Phones and Head Bobbles, Oh My
Having a phone seems like it will really come in handy here in India. For example, in order to sign up to buy train tickets online, you need an Indian mobile phone number. There is a workaround for people who don’t have one (which we already used), but things are generally easier if you have a phone. Some things end up being cheaper if you have a phone. For example, we are taking a tour this afternoon that is quoted at 800 rupees per person (about $13). If you go to buy the tour online, however, the exchange rate they give you is out of date, so it costs $16/person. Booking via phone lets you pay in cash in rupees at the 800/person price. Not a huge difference, but keep in mind that $3 will buy dinner for two here.
So today, we went and bought a phone. We first went to the Vodafone store to see about buying a phone and prepaid SIM card,
but the cheapest phone they had was about $80. So we went around the corner to a little stall on the side of the road and bought a nice cheap Nokia phone for $17, then went back into the Vodafone store to buy the SIM card.
After being in the Vodafone store for about 2 minutes, we both remarked that the store was an awful lot like a Verizon store in the US. You walk in, go to a kiosk, and enter your name and a brief description of your needs, then you get number and mill about in the store for a while, waiting for your number to be called. Everything is in English, and they are really pushing smartphones which explains why they don’t stock the $17 dumbphone we bought around the corner.
We ended up getting to skip the waiting list, as there seemed to be only one salesperson designated to help foreigners. He walked right up to us while we were waiting for the kiosk and offered to help us immediately. We showed him the phone we bought (he was not impressed) and asked how we could buy service, and he walked us over to his computer to start the process.
In India, as a security measure, you can’t buy a SIM card without ID. I think this has something to do with the 2008 terrorist attacks, but I’m not sure. At any rate, we needed to furnish our passport, visa, and a 2×2 inch color photograph. Copies of the passport and visa were stapled, with the picture, to a paper form. The form required my name, a US phone number, US address, address in India, and phone number in India. Pretty thorough. I then had to sign the form in about 10 different places (not exaggerating), and had to sign my photograph.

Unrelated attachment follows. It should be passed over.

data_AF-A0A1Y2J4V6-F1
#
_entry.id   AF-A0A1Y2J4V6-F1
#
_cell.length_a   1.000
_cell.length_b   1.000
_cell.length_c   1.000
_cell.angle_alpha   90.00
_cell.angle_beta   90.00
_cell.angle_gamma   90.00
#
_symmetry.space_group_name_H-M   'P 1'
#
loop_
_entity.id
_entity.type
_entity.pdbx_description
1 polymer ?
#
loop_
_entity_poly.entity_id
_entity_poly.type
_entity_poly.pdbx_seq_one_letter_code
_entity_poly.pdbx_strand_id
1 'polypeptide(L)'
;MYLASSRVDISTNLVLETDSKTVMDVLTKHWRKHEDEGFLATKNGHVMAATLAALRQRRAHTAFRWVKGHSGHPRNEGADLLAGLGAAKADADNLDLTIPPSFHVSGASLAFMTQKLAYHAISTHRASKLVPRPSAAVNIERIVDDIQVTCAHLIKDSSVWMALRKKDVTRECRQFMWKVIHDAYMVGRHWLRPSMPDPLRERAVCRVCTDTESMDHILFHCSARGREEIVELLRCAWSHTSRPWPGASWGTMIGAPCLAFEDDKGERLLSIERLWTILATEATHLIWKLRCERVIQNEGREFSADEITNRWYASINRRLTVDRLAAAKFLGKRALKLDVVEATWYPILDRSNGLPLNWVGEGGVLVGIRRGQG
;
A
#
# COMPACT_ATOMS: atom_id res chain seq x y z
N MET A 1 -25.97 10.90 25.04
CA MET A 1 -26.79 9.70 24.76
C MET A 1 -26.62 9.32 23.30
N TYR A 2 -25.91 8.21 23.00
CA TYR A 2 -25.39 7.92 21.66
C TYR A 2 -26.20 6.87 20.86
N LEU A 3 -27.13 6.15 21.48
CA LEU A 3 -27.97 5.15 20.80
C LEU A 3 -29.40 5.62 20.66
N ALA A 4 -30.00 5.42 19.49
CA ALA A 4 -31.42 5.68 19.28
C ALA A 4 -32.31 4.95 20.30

With all that done, we were walked upstairs to the business office and seated in a waiting room. Our salesperson then vanished and it was unclear what we were waiting for. There were 4 people in the business office, all busily entering data from other paper forms into their computers, stopping occasionally to make a phone call or send a text. After about 15 minutes, I started hearing people saying my name to each other, so I figured they had received my paperwork and were processing it. It was a good guess – seconds later I was called over to sit down with one of them and asked to hand over my phone. The staff person then put the SIM card in and made a phone call to what I assume was some Vodafone processing center and repeated the details of my application to them over the phone.
When he was done, he handed me back my phone and said “bye bye”. I asked “I am finished? Done?” and gave a thumbs up to see if we were ready to go or if there was another step I needed to take. He responded with a head bobble (which Danielle describes as “infuriating and hilarious at the same time”) and a smile, so we got up and left. Shortly after we left, the phone started going nuts as we got text after text from Vodafone confirming the details of our new account. Victory.